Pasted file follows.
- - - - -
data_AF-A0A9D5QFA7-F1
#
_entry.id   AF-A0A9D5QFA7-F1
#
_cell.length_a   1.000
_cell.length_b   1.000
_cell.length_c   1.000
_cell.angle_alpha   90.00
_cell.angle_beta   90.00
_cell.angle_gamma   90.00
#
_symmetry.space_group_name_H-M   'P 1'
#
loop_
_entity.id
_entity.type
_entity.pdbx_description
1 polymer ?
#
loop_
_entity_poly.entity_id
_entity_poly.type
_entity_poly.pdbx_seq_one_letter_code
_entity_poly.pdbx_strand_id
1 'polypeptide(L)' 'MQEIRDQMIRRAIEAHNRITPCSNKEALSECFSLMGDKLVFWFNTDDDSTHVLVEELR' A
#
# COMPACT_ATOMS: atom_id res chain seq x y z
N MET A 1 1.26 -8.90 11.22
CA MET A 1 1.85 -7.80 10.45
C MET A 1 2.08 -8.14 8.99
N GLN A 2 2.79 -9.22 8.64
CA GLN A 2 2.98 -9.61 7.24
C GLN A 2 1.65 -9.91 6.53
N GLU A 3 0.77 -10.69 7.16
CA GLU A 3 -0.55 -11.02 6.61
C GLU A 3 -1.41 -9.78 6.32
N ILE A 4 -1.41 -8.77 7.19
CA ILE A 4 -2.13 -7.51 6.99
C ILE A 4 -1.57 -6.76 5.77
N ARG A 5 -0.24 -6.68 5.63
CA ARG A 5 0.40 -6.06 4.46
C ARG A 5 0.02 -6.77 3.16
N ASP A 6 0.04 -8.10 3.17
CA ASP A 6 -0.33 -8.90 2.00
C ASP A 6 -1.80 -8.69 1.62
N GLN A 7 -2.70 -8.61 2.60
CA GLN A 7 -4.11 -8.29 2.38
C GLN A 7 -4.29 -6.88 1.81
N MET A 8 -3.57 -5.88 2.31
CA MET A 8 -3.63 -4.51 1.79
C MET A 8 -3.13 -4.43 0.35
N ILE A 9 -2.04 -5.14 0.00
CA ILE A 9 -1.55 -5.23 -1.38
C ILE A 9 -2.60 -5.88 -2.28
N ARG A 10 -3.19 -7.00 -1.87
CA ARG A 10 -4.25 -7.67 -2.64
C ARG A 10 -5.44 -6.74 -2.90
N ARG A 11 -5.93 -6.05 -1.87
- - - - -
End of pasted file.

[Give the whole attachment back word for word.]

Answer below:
data_AF-A0A9D5QFA7-F1
#
_entry.id   AF-A0A9D5QFA7-F1
#
_cell.length_a   1.000
_cell.length_b   1.000
_cell.length_c   1.000
_cell.angle_alpha   90.00
_cell.angle_beta   90.00
_cell.angle_gamma   90.00
#
_symmetry.space_group_name_H-M   'P 1'
#
loop_
_entity.id
_entity.type
_entity.pdbx_description
1 polymer ?
#
loop_
_entity_poly.entity_id
_entity_poly.type
_entity_poly.pdbx_seq_one_letter_code
_entity_poly.pdbx_strand_id
1 'polypeptide(L)' 'MQEIRDQMIRRAIEAHNRITPCSNKEALSECFSLMGDKLVFWFNTDDDSTHVLVEELR' A
#
# COMPACT_ATOMS: atom_id res chain seq x y z
N MET A 1 1.26 -8.90 11.22
CA MET A 1 1.85 -7.80 10.45
C MET A 1 2.08 -8.14 8.99
N GLN A 2 2.79 -9.22 8.64
CA GLN A 2 2.98 -9.61 7.24
C GLN A 2 1.65 -9.91 6.53
N GLU A 3 0.77 -10.69 7.16
CA GLU A 3 -0.55 -11.02 6.61
C GLU A 3 -1.41 -9.78 6.32
N ILE A 4 -1.41 -8.77 7.19
CA ILE A 4 -2.13 -7.51 6.99
C ILE A 4 -1.57 -6.76 5.77
N ARG A 5 -0.24 -6.68 5.63
CA ARG A 5 0.40 -6.06 4.46
C ARG A 5 0.02 -6.77 3.16
N ASP A 6 0.04 -8.10 3.17
CA ASP A 6 -0.33 -8.90 2.00
C ASP A 6 -1.80 -8.69 1.62
N GLN A 7 -2.70 -8.61 2.60
CA GLN A 7 -4.11 -8.29 2.38
C GLN A 7 -4.29 -6.88 1.81
N MET A 8 -3.57 -5.88 2.31
CA MET A 8 -3.63 -4.51 1.79
C MET A 8 -3.13 -4.43 0.35
N ILE A 9 -2.04 -5.14 0.00
CA ILE A 9 -1.55 -5.23 -1.38
C ILE A 9 -2.60 -5.88 -2.28
N ARG A 10 -3.19 -7.00 -1.87
CA ARG A 10 -4.25 -7.67 -2.64
C ARG A 10 -5.44 -6.74 -2.90
N ARG A 11 -5.93 -6.05 -1.87